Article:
Deforestation and Climate Change

Deforestation and Climate Change

Reducing Carbon Emissions from Deforestation and Forest Degradation

The Fondazione Eni Enrico Mattei series on Economics, the Environment and Sustainable Development

Edited by Valentina Bosetti and Ruben Lubowski

Deforestation and forest degradation have long been recognized as environmental problems, with concerns over conservation of natural habitats and biological diversity capturing both scientific and public attention. More recently, the debate over tropical forest conservation has radically shifted to the approximately fifteen percent of global greenhouse gas emissions that are caused by deforestation and forest degradation, and to the potential synergies from integrating forest management with climate change policies.

Chapter 2: From The Hague to Copenhagen: Why it Failed Then and Why it Could be Different

Federica Bietta

Subjects: economics and finance, environmental economics, environment, climate change, environmental economics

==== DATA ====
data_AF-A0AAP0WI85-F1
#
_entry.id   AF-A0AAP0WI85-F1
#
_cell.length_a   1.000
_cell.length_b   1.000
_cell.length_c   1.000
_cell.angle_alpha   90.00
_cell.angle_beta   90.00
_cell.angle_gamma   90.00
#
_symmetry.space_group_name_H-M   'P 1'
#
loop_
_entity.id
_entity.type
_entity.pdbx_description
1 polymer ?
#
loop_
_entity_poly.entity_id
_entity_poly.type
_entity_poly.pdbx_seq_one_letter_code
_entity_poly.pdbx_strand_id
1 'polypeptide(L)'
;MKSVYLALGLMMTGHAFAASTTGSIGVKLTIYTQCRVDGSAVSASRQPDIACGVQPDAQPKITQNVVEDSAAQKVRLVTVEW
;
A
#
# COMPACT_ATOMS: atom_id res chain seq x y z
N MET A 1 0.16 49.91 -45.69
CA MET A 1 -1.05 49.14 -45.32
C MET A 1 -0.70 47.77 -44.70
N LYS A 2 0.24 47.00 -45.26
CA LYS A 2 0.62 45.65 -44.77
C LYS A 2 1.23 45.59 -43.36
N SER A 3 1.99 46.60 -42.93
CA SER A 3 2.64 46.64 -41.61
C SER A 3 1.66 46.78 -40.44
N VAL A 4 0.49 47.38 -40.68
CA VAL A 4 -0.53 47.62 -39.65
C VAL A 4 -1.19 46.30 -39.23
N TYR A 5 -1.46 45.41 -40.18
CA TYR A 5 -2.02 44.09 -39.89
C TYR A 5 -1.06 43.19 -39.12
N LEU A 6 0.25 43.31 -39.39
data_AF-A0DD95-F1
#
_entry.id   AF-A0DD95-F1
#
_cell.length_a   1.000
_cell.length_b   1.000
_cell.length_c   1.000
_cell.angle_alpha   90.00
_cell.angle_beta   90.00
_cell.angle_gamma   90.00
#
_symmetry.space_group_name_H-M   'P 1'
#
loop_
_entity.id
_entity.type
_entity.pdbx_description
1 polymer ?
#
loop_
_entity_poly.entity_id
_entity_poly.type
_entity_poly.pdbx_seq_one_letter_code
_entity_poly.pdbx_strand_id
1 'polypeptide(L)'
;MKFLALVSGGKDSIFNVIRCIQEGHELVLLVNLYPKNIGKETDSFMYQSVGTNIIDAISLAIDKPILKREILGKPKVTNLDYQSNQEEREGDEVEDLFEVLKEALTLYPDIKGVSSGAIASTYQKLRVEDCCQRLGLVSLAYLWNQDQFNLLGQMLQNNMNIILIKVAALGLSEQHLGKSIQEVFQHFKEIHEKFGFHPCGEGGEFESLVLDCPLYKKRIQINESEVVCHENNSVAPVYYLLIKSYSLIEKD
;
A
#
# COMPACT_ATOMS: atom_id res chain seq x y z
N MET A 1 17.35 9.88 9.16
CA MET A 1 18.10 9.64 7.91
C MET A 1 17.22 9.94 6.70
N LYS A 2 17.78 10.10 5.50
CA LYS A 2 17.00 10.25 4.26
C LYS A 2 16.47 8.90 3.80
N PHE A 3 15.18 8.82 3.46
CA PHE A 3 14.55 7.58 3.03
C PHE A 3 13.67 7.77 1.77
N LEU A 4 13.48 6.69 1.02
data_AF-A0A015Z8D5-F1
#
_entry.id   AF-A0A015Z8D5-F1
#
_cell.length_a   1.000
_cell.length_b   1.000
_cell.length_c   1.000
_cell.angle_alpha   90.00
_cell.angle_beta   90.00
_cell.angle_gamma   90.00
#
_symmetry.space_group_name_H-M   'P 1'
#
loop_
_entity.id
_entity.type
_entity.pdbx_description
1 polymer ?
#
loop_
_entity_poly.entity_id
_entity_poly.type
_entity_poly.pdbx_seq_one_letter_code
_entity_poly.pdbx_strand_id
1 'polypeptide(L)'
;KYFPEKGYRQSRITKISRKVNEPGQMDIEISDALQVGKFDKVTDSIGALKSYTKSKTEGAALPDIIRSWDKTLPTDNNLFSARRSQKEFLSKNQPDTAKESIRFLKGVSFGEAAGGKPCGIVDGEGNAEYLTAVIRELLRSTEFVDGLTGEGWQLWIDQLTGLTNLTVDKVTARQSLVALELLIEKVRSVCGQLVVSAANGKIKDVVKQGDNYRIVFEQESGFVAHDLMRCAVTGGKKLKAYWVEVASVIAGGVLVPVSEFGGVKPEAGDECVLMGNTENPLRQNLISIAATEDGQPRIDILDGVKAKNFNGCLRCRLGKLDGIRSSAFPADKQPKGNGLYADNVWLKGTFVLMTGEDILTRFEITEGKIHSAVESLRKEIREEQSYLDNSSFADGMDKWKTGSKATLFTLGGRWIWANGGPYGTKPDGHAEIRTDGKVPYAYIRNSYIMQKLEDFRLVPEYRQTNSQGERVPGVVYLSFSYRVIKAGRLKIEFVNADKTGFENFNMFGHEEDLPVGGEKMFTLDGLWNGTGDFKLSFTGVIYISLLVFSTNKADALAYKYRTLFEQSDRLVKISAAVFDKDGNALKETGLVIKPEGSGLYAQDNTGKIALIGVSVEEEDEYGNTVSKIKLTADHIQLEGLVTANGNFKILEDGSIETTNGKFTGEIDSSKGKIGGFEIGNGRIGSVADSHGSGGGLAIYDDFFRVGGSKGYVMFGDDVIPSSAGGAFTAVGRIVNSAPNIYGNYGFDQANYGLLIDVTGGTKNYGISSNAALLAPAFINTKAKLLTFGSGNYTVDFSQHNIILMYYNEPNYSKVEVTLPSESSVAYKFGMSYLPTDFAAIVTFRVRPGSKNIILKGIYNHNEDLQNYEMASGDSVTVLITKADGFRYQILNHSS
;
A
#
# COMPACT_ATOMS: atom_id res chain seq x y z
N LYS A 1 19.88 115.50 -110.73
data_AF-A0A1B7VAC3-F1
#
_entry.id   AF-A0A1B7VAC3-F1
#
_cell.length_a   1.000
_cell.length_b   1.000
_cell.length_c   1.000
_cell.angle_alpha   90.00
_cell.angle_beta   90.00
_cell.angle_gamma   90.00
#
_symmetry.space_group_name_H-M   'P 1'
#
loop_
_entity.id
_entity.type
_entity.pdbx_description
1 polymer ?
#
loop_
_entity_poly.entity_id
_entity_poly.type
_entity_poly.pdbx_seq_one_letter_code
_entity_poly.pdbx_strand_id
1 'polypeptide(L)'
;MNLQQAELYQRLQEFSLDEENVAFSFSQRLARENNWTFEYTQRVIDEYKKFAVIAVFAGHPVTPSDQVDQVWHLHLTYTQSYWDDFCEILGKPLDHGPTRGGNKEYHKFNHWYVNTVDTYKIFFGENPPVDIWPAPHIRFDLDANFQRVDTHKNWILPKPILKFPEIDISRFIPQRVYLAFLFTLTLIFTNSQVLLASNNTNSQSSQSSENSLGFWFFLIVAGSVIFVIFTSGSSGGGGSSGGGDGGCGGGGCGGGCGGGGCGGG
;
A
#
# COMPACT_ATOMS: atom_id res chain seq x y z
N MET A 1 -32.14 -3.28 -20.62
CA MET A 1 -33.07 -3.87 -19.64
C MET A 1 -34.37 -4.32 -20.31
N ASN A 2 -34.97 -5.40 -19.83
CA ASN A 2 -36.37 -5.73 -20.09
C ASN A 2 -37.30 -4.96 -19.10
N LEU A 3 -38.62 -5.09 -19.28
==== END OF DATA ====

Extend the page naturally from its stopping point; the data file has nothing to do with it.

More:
Federica Bietta 2.1 THE KYOTO DILEMMA The Kyoto Protocol (KP) includes compensatory measures for industrialized countries that address deforestation within their borders, although the treaty actually denies similar benefits for developing nations that reduce deforestation. The inclusion of land use, land-use change and forestry (LULUCF) under the KP was very controversial and difficult to negotiate because of the challenge in separating greenhouse gas (GHG) fluxes directly induced by humans from those due to natural causes and indirectly induced by humans. Uncertainties about the magnitude of the subject also posed a challenge for negotiations. However, considering the sheer magnitude of emissions from the forestry sector, these were challenges that demanded resolution. Indeed, the KP mechanism is based on a reference level of emissions from which an assigned amount of allowed emissions (credits) in a commitment period is calculated. The total amount of emissions accounted for during the commitment period is then offset by means of the assigned credits. As a result, in practice, GHG balances below the reference level are credited while balances above the reference level are debited. The inability to separate direct human-induced net emissions from those naturally and indirectly induced by humans was an argument for not including the LULUCF sector in the assigned amount calculation, the exception being deforestation which is, by definition, directly due to human actions. The high level of uncertainty was a basis for not including the LULUCF emissions as part of the so-called ‘basket approach’, based on the claim that it was difficult...

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